This example demonstrates the need for empirical, population level data to inform the translational research process. By examining factors associated with hospital use of the EGFR assay, we hope to inform the development of a model to predict T3 translation of cancer genomic applications.
This was a retrospective cross sectional study. We merged one proprietary dataset with seven public datasets. Genzyme Genetics, which owned the rights to distribute the EGFR assay, provided a dataset containing name, city, state, zip code, and number of EGFR assays sold to each hospital, laboratory, or outpatient clinic in the US during calendar year 2010. Public datasets included:
We aggregated and summarized orders at the hospital level, recording each hospital’s Medicare provider number from the CMS POS file. The aggregated dataset was merged with public datasets using hospital number, zip code, and FIPS code as unique identifiers for each US hospital and county. The unit of observation for multivariate analysis was the non-federal acute care hospital. The outcome variable was whether a hospital ordered the EGFR assay, treated dichotomously and coded as 1 if it ordered one or more assay.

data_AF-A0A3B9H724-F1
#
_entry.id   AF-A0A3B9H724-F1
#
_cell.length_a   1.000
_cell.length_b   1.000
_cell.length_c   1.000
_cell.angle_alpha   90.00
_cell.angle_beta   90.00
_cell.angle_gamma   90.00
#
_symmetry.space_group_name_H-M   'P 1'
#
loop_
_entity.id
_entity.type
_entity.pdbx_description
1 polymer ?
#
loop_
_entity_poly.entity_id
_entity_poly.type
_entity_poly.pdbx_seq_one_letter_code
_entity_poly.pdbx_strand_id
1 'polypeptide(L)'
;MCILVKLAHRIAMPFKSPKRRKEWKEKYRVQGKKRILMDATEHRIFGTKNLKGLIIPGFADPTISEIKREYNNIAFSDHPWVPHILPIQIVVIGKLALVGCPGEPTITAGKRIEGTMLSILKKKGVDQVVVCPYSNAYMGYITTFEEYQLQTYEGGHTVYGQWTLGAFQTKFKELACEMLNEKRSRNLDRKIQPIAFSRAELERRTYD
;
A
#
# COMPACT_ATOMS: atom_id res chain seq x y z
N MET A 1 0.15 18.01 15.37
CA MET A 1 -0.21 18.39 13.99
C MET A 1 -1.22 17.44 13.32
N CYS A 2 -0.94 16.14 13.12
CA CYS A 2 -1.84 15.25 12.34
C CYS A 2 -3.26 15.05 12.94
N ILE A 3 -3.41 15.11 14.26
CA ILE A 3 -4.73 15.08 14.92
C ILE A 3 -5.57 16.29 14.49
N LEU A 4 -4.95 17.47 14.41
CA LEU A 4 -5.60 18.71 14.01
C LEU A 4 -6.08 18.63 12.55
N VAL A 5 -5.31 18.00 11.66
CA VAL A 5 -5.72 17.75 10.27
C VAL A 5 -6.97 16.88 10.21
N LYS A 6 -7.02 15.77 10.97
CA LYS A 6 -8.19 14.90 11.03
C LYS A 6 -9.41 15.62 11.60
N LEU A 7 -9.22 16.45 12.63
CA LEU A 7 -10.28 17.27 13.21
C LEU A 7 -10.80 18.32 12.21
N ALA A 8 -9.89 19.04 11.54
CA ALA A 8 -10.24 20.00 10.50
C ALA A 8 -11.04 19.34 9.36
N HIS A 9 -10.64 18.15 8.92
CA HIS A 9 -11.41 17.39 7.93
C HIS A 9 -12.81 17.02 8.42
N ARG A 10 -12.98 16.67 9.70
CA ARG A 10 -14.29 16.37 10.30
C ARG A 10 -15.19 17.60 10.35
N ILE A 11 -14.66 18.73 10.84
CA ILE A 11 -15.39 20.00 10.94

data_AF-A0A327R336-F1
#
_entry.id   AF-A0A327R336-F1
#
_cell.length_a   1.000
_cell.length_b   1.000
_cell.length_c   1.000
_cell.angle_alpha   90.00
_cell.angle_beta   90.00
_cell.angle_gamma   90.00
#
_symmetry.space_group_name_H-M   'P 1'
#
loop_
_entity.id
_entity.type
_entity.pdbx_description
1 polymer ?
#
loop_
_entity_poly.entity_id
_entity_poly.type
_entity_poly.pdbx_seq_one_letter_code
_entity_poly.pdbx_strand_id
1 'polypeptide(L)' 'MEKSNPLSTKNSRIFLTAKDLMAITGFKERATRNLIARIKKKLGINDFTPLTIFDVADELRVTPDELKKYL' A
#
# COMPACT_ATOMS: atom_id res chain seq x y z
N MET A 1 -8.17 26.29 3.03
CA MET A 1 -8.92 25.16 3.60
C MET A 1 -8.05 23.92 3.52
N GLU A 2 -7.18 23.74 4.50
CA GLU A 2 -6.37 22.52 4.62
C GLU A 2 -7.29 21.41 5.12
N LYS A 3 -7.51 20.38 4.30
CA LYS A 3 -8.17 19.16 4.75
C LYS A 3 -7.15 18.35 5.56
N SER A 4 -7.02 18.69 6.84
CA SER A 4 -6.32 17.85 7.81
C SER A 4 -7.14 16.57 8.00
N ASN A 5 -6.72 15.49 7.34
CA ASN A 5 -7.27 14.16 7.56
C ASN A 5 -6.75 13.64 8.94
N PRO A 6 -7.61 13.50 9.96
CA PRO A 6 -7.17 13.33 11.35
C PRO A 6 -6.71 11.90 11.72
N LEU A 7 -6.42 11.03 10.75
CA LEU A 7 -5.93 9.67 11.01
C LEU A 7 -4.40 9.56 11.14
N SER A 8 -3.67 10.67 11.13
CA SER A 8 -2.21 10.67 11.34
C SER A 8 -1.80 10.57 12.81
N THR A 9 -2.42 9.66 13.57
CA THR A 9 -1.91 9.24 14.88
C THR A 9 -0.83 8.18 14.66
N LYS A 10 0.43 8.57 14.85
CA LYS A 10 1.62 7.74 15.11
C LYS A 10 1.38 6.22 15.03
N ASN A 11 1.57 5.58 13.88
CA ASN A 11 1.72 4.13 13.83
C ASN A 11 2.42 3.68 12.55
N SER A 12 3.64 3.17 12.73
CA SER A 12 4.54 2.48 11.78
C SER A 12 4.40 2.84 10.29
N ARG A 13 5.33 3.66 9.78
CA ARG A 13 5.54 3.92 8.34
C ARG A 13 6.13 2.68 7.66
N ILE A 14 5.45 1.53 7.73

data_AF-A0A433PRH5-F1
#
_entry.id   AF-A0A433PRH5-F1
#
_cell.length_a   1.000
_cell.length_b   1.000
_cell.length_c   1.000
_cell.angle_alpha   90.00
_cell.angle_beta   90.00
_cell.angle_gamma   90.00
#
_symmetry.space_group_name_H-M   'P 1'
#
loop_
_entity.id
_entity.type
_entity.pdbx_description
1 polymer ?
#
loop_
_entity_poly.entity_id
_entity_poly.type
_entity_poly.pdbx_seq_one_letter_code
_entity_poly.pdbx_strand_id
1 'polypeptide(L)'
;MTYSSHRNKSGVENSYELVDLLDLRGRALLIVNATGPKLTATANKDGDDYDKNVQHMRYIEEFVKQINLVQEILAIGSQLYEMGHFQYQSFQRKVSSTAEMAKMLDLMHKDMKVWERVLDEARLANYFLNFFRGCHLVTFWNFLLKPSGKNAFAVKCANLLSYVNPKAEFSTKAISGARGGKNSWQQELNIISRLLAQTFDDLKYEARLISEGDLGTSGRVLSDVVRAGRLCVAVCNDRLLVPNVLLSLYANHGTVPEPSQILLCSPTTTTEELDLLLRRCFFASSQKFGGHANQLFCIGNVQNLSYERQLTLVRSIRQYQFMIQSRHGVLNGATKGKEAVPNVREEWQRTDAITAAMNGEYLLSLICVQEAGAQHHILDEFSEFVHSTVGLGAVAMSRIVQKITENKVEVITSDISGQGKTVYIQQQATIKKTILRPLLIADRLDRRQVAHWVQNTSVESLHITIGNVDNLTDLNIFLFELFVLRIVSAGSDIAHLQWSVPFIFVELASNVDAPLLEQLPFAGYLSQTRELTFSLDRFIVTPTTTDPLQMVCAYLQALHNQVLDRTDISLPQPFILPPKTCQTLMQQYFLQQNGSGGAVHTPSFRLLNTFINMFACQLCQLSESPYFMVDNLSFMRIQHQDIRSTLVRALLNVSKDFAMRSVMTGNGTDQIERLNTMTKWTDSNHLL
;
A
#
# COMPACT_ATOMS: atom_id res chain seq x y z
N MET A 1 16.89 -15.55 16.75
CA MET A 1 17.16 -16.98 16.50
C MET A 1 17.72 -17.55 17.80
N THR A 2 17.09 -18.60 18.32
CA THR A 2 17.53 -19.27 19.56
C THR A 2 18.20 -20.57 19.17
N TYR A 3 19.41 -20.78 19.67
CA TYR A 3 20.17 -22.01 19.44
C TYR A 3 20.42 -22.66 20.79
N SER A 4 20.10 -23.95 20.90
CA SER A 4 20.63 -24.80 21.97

Most independent variables were dichotomous, coded as 1 if the hospital or region had the characteristic. Number of lung cancer cases per county, percentage of the county population that was Black, and hospital distance to an NCI CC were treated as continuous variables. Hospital distance to an NCI CC was measured in miles, calculated using the longitude and latitude of each institution. To accurately interpret the odds ratio (OR) of distance, we obtained the logit coefficient and multiplied it by increments of 100 miles.
The dataset contained orders from 27 of the 60 NCI CCs. However, several NCI CCs confirmed use of LDTs to identify EGFR mutations. For consistency, NCI CCs orders were excluded from the dataset. We also examined the CLIA specialty file to evaluate potential use of LDT by other hospitals.